The year-on-year inflation rate in Laos surged 8.5 per cent in March, even more than expected, and rose to the highest figure recorded since January 2016.

The Covid-19 pandemic, together with volatile fuel prices and the continuing depreciation of the kip, are the main factors driving consumer prices in Laos, according to the latest report from the Lao Statistics Bureau.

The spiralling cost of fuel on the world market forced the government to raise the retail price of petrol three times in March. Since the beginning of this year, the government has adjusted fuel prices nine times, raising the price eight times and lowering it once.

Rising oil prices are impacting the transport price index, causing an increase in the price of goods that depend on fuel for their production or transport.

The growing demand for US dollars and Thai baht is making it difficult for authorities to curb inflation because businesses must buy foreign currencies at a high rate on the parallel market so they can import goods and materials.

In addition, the price of gold has jumped to new high on the world market.

The rising cost of living is creating economic uncertainty across the world. In the UK, inflation hit a 30-year high in January with consumer prices up 5.5 per cent from the previous year, while in the US consumer prices surged 7.5 per cent year-on-year as of January, the biggest annual increase in 40 years.

In Laos, consumer prices surged more than expected over the past seven months, with inflation being recorded at above five per cent since December last year.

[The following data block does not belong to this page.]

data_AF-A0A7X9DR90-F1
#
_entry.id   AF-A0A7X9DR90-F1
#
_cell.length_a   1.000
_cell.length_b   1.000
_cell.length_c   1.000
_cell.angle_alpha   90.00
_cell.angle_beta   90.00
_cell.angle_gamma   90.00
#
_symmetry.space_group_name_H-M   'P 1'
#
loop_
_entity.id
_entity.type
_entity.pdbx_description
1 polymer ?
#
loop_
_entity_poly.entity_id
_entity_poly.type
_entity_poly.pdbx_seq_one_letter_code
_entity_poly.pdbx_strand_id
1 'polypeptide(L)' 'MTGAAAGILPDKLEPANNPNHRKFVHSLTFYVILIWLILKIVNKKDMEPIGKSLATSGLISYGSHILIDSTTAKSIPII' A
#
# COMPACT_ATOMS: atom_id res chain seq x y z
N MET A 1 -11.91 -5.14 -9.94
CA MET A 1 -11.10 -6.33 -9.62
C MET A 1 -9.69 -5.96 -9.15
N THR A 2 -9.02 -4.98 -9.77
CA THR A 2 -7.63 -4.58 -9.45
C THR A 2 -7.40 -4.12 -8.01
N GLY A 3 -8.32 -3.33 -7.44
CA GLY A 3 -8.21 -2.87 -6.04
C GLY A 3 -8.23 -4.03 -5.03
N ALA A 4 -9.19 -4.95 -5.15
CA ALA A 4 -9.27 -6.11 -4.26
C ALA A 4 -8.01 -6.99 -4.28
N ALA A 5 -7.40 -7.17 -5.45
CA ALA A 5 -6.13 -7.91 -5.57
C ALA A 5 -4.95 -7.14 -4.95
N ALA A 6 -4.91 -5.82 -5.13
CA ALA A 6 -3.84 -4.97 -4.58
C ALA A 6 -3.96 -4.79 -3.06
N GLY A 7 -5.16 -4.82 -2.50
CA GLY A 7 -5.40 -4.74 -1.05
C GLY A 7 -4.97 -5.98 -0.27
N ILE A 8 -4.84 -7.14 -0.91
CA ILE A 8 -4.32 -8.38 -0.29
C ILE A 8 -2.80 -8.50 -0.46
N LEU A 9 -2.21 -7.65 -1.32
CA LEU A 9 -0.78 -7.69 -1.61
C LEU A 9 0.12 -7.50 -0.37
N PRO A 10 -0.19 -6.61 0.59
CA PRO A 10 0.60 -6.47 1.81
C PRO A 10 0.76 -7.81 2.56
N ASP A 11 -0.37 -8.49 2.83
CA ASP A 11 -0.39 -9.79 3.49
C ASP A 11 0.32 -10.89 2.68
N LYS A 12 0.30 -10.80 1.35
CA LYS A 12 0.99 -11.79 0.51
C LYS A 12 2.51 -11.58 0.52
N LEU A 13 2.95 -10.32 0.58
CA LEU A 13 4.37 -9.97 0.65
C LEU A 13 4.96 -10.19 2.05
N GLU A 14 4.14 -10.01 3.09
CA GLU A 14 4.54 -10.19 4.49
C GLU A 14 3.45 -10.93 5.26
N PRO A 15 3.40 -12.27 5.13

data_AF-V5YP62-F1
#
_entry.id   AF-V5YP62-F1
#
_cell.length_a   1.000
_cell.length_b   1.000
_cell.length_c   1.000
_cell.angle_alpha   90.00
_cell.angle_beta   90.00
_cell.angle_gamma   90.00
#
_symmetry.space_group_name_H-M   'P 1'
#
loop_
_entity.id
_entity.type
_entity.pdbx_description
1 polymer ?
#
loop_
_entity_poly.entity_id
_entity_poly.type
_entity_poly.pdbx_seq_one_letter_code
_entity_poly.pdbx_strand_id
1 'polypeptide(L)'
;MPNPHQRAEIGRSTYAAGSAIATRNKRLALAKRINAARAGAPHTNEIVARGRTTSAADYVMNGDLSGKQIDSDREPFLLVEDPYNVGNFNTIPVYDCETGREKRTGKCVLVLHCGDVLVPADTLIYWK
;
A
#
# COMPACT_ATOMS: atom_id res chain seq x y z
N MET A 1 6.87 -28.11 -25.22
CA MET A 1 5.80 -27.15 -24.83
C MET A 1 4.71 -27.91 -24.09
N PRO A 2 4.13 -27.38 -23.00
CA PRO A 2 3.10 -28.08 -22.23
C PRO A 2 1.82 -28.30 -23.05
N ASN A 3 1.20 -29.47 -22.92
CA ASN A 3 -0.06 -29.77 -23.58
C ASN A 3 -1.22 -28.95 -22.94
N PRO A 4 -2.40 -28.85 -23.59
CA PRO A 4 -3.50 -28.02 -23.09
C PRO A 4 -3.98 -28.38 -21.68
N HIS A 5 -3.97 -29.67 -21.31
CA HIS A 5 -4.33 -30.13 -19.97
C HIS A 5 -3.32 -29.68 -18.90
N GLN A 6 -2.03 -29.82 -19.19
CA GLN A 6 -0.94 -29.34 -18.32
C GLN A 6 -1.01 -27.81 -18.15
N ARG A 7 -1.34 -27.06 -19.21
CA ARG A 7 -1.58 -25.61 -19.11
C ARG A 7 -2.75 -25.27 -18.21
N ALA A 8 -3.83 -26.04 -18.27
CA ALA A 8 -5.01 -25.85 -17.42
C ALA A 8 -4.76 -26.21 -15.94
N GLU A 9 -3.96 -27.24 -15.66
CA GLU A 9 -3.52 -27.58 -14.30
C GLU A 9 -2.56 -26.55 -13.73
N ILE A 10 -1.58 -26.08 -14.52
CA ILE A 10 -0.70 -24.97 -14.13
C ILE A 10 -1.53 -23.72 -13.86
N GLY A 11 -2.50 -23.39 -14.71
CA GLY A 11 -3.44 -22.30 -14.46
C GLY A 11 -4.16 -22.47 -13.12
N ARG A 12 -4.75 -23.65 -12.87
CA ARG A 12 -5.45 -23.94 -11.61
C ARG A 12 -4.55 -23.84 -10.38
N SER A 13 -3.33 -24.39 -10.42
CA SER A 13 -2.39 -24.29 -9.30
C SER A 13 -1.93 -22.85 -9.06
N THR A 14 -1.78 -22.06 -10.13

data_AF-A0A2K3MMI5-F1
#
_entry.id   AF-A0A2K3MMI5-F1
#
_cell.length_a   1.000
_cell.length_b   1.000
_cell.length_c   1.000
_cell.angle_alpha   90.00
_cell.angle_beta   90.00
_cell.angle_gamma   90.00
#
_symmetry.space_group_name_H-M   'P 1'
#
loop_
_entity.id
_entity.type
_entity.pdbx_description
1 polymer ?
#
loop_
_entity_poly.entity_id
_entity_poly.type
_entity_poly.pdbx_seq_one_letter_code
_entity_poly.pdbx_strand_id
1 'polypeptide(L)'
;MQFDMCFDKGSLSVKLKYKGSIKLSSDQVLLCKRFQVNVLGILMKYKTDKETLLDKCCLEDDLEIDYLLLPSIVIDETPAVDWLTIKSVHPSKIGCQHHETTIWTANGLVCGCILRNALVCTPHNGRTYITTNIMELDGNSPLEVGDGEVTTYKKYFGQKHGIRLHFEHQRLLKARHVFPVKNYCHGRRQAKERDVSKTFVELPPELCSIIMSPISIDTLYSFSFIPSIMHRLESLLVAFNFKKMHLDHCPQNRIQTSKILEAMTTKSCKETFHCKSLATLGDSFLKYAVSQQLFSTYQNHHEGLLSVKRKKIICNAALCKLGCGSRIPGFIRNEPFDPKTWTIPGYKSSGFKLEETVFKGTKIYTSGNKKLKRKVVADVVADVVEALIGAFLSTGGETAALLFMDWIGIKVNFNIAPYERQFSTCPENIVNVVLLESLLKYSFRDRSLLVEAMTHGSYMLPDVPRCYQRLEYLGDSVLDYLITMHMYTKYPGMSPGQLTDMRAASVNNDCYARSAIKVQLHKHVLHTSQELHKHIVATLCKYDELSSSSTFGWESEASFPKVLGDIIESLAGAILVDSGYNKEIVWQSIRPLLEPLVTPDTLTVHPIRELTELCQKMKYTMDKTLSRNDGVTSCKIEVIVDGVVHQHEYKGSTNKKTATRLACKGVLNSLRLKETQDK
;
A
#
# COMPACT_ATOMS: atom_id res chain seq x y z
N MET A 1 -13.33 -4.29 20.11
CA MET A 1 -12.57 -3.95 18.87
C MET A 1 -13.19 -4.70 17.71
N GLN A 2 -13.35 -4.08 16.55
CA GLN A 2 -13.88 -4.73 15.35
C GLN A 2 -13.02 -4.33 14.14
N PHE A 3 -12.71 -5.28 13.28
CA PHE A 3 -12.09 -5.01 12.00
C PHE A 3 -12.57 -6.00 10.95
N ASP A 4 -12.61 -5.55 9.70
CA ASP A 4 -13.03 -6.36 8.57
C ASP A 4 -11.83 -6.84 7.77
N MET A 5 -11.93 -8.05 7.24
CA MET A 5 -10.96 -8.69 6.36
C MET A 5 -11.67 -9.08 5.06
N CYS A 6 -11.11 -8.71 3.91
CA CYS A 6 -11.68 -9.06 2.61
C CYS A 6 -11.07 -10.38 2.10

Many people have complained that their incomes are not rising in line with inflation, which means large numbers are experiencing financial hardship.

In March, costs in the communications and transport category rose by 3.8 per cent month-on-month, and 18.7 per cent year-on-year. Rising fuel prices forced transport operators to bump up their prices when the price of fuel and gas rose by 49.7 per cent year-on-year in March.

In the meantime, prices in the goods and service category surged by 2.8 per cent month-on-month and 13.3 per cent year-on-year.

Meanwhile the cost of medical care and medicines increased by 0.8 per cent month-on-month and 10.1 per cent year-on-year. The surge in this category was driven by the price of medicine and hospital fees.

Prices in the restaurant and hotel category rose by 1.4 per cent month-on-month and 9.3 per cent year-on-year.

In addition, prices in the housing, water, electricity and gas category rose by 1.7 per cent month-on-month and 7.4 per cent year-on-year while the cost of clothing and footwear surged by 1.6 per cent month-on-month and 7.9 per cent year-on-year.

The cost of food and non-alcoholic beverages increased by 1.4 per cent month-on-month and 6.1 per cent year-on-year.